In recent months Bosch has come out with a statement pinpointing the rapidly advancing software-defined automobile. They are claiming the car of the future is here and it is an “IoT device on wheels.”
Bosch is saying there are four megatrends to tomorrow’s car: Connectivity, personalization, powertrain electrification, and automated driving. Drivers in tomorrow’s electric vehicles will demand their cars be fully integrated with their digital lifestyles. Many of the boundaries between automotive electronics and consumer electronics will fade, and most will disappear.
The megatrends of electrified driving and automated driving lead to increases in functions that are dramatic and cutting edge. Those functions include range optimization as well as surroundings perceptions for driver assistance systems in electric vehicles. Both of these developments are limited in a traditional electric/electronic (E/E) architecture.
Bosch is working with automobile manufacturers in order to manage the increasing complexity and connectivity and to develop E/E architectures that include powerful computers on board, zone ECUs and software solutions that are all integrated and work in concert.
As far back as the 1970s Bosch has been working on and developing innovations in electronics-based solutions. Bosch developed the Anti-lock braking system, sparking a digital revolution in the automobile in 1978.
The teams are 30,000 experts strong, and all are involved in developing over 14,000 software solutions in the mobility sector alone. The car is becoming a software-defined system. The key attributes are to reliably integrate all the software components and satisfy all the strict safety standards laid out by the Automotive Safety Integrity Level D (ASIL D). And that standard is in combination with cybersecurity requirements.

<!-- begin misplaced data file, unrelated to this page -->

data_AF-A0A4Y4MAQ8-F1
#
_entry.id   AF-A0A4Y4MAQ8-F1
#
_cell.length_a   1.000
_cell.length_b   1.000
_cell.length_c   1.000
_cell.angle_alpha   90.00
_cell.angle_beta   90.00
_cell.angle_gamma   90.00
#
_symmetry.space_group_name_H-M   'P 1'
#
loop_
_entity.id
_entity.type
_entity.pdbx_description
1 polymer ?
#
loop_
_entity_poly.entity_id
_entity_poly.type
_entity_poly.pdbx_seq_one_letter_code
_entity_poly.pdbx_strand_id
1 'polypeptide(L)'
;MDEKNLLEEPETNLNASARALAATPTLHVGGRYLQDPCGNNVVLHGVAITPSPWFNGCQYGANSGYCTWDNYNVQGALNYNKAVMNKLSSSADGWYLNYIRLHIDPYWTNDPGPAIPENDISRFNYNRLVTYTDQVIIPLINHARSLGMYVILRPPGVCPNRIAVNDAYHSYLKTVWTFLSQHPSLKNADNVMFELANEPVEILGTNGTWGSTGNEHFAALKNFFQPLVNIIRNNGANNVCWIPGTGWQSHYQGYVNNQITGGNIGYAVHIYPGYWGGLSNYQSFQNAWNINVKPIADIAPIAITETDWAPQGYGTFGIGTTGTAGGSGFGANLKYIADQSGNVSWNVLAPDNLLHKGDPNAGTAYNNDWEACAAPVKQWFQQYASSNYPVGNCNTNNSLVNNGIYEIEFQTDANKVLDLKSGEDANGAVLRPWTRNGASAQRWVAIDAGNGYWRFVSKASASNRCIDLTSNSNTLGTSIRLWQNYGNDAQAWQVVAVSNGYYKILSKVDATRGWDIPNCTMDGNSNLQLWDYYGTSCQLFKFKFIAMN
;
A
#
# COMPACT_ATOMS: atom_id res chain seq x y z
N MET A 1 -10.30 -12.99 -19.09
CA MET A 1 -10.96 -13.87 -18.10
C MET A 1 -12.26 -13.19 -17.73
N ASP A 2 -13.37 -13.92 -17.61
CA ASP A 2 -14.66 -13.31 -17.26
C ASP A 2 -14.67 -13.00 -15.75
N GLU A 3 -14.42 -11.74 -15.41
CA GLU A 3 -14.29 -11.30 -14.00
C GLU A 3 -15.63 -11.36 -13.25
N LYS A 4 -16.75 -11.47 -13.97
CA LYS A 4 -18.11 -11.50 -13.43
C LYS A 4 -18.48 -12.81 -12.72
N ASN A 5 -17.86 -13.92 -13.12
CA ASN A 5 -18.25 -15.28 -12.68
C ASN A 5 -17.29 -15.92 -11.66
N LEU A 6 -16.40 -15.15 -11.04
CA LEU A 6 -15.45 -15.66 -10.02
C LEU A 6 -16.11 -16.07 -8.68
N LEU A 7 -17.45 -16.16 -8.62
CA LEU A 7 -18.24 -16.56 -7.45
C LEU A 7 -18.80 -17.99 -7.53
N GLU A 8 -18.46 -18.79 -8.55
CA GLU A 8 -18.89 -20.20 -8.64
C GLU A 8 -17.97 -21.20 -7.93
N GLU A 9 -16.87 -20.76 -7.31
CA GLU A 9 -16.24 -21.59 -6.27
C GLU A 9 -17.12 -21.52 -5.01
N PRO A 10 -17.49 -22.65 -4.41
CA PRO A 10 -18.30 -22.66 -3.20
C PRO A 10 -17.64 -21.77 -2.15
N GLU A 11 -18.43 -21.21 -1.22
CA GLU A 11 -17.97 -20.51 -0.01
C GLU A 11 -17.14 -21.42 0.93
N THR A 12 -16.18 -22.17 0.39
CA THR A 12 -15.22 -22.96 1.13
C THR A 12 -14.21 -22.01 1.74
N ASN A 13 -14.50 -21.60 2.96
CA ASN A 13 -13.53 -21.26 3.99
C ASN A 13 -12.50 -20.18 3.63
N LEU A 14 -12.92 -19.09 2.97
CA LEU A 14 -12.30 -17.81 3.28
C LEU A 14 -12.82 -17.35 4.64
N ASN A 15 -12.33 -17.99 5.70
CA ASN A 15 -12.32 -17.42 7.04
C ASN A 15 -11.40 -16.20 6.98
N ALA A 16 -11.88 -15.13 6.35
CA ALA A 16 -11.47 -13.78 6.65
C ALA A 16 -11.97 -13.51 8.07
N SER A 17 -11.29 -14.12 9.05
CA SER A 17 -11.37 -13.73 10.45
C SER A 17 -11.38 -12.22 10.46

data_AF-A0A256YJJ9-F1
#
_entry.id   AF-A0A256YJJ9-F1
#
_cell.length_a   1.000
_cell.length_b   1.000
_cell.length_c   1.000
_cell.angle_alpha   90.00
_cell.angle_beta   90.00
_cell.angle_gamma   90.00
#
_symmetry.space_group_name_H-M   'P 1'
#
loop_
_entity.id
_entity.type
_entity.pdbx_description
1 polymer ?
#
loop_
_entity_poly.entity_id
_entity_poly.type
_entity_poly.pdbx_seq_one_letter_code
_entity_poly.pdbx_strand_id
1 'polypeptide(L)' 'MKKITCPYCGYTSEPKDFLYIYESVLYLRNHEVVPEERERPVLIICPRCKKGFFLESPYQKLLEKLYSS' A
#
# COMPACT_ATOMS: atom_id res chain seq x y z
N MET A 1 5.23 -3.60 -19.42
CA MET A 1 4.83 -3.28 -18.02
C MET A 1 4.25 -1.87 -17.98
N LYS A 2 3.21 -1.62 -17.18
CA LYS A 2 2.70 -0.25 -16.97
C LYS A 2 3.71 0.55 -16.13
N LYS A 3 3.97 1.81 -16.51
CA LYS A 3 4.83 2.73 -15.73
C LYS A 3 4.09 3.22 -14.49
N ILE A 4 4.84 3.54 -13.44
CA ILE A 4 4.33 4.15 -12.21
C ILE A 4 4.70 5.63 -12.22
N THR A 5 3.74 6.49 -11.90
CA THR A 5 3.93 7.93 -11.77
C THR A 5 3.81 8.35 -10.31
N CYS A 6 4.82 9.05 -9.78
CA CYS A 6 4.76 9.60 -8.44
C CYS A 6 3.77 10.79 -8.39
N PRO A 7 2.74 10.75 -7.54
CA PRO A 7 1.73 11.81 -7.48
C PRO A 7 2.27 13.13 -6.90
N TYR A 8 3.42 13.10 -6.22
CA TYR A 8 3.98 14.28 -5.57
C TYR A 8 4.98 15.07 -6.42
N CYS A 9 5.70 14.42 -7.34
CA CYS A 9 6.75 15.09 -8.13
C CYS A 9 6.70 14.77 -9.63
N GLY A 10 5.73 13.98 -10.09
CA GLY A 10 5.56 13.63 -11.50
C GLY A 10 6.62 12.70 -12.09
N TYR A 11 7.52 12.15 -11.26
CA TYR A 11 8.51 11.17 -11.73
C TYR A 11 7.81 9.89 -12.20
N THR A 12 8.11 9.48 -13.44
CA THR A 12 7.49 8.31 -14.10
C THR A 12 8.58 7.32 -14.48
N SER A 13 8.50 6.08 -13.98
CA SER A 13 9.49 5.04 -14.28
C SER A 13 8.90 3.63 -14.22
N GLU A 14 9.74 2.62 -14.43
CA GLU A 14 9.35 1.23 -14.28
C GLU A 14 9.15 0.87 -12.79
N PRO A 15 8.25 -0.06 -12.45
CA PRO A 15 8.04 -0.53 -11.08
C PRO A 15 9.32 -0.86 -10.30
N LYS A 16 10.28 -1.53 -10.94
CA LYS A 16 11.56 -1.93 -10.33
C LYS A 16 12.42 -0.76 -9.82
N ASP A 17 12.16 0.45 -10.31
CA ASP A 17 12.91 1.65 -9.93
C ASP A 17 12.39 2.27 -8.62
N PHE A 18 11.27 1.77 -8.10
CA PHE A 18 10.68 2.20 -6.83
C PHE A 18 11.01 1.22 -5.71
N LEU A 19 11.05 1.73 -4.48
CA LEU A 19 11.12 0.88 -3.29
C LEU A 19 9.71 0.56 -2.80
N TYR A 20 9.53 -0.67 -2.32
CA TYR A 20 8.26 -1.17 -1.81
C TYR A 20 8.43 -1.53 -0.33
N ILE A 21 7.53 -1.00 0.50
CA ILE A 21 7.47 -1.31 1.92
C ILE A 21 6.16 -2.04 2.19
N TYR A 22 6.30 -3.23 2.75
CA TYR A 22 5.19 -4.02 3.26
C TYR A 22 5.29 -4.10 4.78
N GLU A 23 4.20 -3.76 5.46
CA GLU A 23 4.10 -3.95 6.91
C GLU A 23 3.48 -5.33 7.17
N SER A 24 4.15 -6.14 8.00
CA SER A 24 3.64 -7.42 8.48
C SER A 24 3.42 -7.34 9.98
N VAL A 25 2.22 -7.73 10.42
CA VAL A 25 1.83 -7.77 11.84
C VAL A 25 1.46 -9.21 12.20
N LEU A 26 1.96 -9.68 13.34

Bosch is a single-source provider of vehicle electronics, sensor technologies, and software for vehicles, that are all designed to work perfectly together. In addition to that work, on-board architecture and vehicle architecture can be further expanded in the cloud and backend solution as well as services, enabling the vehicle to participate in mobility ecosystems and IoT.
The car is becoming an IoT device, connected throughout its systems, not by many control systems, but by a more centralized extremely powerful few computer systems. The company is already seeing this development in real-time in high-performance computers (HPCs) for automated driving and driver-assist functions.
The HPCs are extremely versatile and operate across all domains. There is no longer a need for domain-specific software tied to one particular control unit but can be routed cross-domain to any of the vehicle’s computers. This leads directly to enabling connected, zero-emission, and automated driving.
For more information on the Bosch mobility and IoT initiative see the initiative page.
Bosch Mobility Solutions | bosch-mobility-solutions.com
For the past 8 years, I have been writing about embedded technologies, added to my technical, academic, and medical editorial experience, with companies like Elsevier and Cambridge University Press. I tell people to read what I write, not try to pronounce my last name. I am always available for comments and suggestions you can reach me at firstname.lastname@example.org and I promise I will take the time to reach back out to you. I live in the North East with my wonderful family.